As previously noted it is important that there be a density variation across the filter in order to remove substantially all of the oil by coalescence. The density in the upstream side of the filter may vary from about 0.005 g./cc. to 0.02 gram per cubic centimeter and preferably from about .008 to 0.015 gram per cubic centimeter. Lower densities than this will allow too great a free path for the oil and hence, will not coalesce; higher densities than this will coalesce oil in this area and as the oil moves through the filter, may tend to break up or redisperse and also the filter will block after short periods of operation. The downstream density may vary from about 0.05 g./cc. to 0.08 gram per cubic centimeter and preferably from about 0.06 to 0.07 gram per cubic centimeter. Lower densities than this on the downstream side of the filter will not efficiently coalesce the oil, whereas higher densities will reduce the operating time of the filter.

With minute solid particles in the liquid being filtered, it is important that they be removed, as considerable oil is held by these particles, so the filter must not only coalesce the oil but it must filter the solid particles, or at least break the oil away from the solid particles so it is available for coalescing. In order to accomplish this, the pore size of the filter must be in the range from about 10 to 40 microns and preferably from about 15 to 35 microns.

In order to coalesce the oil in the filter having the density as previously described, the velocity of flow of the liquid through the filter must be from about 0.1 to 0.35 feet per minute and preferably from about .10 to .25 feet per minute. Lower velocities will greatly enlarge the amount of filtration area required and make such filtering uneconomical. Higher velocities will not allow for the substantially simultaneously coalescing of the oil and the filtration of solid particles, but will allow the oil to pass through the filter without being attracted sufficiently by the media and growing into larger particles to break the surface tension of the water.

As previously discussed, the preferred configuration of our improved filter and coalescing element is in the form of a cartridge, wherein, the material being filtered enters the center of the cartridge and passes out through the thickness of the filtration and coalescing material and out the outer surface. The importance of this structure is, of course, for practical manufacturing reasons. If a suitable filter batt is made having the desired upstream density, this may readily be wrapped around a metal or other suitable core and by increasing the pressure on each layer wrapped about the core the density may be increased uniformly throughout the thickness of the filter until the last layer has the density desired on the downstream side of the filter.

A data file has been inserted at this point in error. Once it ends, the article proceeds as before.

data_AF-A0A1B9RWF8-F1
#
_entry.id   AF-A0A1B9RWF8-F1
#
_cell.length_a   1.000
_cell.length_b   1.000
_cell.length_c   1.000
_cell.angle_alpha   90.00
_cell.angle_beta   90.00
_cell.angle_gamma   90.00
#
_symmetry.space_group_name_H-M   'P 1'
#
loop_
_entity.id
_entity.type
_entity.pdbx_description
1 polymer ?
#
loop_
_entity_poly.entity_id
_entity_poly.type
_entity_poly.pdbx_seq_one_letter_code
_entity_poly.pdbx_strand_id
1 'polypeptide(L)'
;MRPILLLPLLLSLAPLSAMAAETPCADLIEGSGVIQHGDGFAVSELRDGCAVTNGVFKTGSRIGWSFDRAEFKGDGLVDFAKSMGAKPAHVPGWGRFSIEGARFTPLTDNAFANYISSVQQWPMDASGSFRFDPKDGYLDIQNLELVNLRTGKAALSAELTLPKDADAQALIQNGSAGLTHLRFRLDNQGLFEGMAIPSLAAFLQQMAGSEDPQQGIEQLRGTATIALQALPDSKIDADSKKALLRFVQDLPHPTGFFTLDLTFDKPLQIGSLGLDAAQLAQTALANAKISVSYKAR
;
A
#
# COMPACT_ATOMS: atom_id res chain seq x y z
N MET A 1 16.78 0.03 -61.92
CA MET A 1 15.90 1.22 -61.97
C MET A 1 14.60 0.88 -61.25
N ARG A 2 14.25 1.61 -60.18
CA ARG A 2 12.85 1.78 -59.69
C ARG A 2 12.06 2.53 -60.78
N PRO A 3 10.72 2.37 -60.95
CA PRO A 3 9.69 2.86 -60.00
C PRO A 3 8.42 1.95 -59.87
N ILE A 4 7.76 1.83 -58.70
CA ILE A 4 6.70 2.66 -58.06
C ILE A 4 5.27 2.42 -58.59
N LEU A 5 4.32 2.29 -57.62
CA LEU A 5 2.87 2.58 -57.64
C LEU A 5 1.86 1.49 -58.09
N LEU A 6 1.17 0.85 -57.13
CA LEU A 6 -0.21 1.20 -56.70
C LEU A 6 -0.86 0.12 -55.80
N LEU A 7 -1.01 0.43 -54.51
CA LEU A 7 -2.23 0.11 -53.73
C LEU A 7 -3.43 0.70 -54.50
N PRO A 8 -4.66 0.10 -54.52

By constructing the filter as described above with the desired fibers, binder, densities, etc. and by forcing oilwater mixtures through the filter media at the desired velocities you unexpectedly decrease the oil content in an oil-water dispersion to less than 5 parts per million and in most instances to less than about 2 to 3 parts per million. This high degree of purification not only has excellent economical values but also eliminates the water pollution problems encountered in many of the chemical process and manufacturing industries, oil production and refining and various other processes wherein process water containing traces of oil or similar hydrocarbons has to be disposed.

It is obvious that various changes may be made in the form, structure and arrangement of parts without departing from the spirit of the invention. Accordingly, the invention should not be limited to a specific embodiment disclosed herein primarily for purposes of illustration but does include various changes, modifications and alterations which may be made Without departing from the spirit and scope of the invention which is only to be limited in accordance with the claims appended hereto.

What is claimed is:

1. A method of removing traces of oil from immiscible liquids comprising passing liquid containing traces of oil through a batt of fibers selected from the class consisting of polyester fibers, acrylic fibers, modacrylic fibers and mixtures of such fibers, said batt being bonded with from about percent to 100 percent by weight of the fibers of a polymer resin selected from the class consisting of polyacrylic resins, polyurethane resins and synthetic rubbers whereby the bonded batt has resilience and resists compression caused by liquid passing therethrough, said bonded batt having a density on the upstream side of from about 0.005 to 0.02 gram per cubic centimeter and on the downstream side of from about 0.05 to 0.08 gram per cubic centimeter and said liquid passing through said bonded batt at a velocity of from about 0.1 to .35 feet per minute, whereby solid particles in said liquid are removed by the bonded batt while simultaneously traces of oil are coalesced and separated from said liquid.

2. The method according to claim 1, wherein, the velocity of the liquid through the bonded batt is from about 0.1 to 0.25 feet per minute.

3. The method according to claim 1, wherein, the liquid containing traces of oil is pre-filtered prior to being passed through said bonded batt of fibers.

4. The method according to claim 1, wherein, the liquid containing traces of oil is passed through a filter of polyester fibers bonded with a polyacrylic resin to prefilter said liquid prior to being passed through said bonded batt of fibers.